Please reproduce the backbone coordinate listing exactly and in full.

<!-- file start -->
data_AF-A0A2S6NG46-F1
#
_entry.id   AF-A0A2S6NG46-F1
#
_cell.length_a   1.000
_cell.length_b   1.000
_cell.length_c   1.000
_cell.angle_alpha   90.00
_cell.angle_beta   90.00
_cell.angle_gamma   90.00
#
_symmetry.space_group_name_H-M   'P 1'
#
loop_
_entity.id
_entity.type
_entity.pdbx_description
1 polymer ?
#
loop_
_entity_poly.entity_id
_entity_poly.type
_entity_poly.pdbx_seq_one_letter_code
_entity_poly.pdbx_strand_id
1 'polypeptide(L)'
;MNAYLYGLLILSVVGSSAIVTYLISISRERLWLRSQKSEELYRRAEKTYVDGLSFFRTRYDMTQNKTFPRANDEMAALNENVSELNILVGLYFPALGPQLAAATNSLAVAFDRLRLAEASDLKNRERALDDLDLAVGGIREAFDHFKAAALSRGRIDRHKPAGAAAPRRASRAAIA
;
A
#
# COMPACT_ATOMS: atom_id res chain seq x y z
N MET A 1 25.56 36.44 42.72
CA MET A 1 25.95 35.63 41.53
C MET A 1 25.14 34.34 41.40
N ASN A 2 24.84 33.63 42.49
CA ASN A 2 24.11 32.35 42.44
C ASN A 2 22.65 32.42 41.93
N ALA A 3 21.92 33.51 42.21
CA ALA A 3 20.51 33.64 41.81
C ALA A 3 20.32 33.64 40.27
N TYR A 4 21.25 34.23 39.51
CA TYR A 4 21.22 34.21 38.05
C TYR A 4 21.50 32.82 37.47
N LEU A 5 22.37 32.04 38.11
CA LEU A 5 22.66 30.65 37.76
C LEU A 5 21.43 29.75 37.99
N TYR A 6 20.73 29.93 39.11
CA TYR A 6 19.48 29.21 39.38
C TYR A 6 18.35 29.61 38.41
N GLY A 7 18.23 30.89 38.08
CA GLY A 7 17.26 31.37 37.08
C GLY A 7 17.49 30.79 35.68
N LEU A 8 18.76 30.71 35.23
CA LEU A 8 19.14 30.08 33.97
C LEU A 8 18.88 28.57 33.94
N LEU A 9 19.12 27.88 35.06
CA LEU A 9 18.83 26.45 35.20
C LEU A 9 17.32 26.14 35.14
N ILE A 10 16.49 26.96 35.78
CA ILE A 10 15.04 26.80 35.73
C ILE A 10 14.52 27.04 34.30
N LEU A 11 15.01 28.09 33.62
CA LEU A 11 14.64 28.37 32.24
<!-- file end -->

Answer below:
data_AF-A0A2S6NG46-F1
#
_entry.id   AF-A0A2S6NG46-F1
#
_cell.length_a   1.000
_cell.length_b   1.000
_cell.length_c   1.000
_cell.angle_alpha   90.00
_cell.angle_beta   90.00
_cell.angle_gamma   90.00
#
_symmetry.space_group_name_H-M   'P 1'
#
loop_
_entity.id
_entity.type
_entity.pdbx_description
1 polymer ?
#
loop_
_entity_poly.entity_id
_entity_poly.type
_entity_poly.pdbx_seq_one_letter_code
_entity_poly.pdbx_strand_id
1 'polypeptide(L)'
;MNAYLYGLLILSVVGSSAIVTYLISISRERLWLRSQKSEELYRRAEKTYVDGLSFFRTRYDMTQNKTFPRANDEMAALNENVSELNILVGLYFPALGPQLAAATNSLAVAFDRLRLAEASDLKNRERALDDLDLAVGGIREAFDHFKAAALSRGRIDRHKPAGAAAPRRASRAAIA
;
A
#
# COMPACT_ATOMS: atom_id res chain seq x y z
N MET A 1 25.56 36.44 42.72
CA MET A 1 25.95 35.63 41.53
C MET A 1 25.14 34.34 41.40
N ASN A 2 24.84 33.63 42.49
CA ASN A 2 24.11 32.35 42.44
C ASN A 2 22.65 32.42 41.93
N ALA A 3 21.92 33.51 42.21
CA ALA A 3 20.51 33.64 41.81
C ALA A 3 20.32 33.64 40.27
N TYR A 4 21.25 34.23 39.51
CA TYR A 4 21.22 34.21 38.05
C TYR A 4 21.50 32.82 37.47
N LEU A 5 22.37 32.04 38.11
CA LEU A 5 22.66 30.65 37.76
C LEU A 5 21.43 29.75 37.99
N TYR A 6 20.73 29.93 39.11
CA TYR A 6 19.48 29.21 39.38
C TYR A 6 18.35 29.61 38.41
N GLY A 7 18.23 30.89 38.08
CA GLY A 7 17.26 31.37 37.08
C GLY A 7 17.49 30.79 35.68
N LEU A 8 18.76 30.71 35.23
CA LEU A 8 19.14 30.08 33.97
C LEU A 8 18.88 28.57 33.94
N LEU A 9 19.12 27.88 35.06
CA LEU A 9 18.83 26.45 35.20
C LEU A 9 17.32 26.14 35.14
N ILE A 10 16.49 26.96 35.78
CA ILE A 10 15.04 26.80 35.73
C ILE A 10 14.52 27.04 34.30
N LEU A 11 15.01 28.09 33.62
CA LEU A 11 14.64 28.37 32.24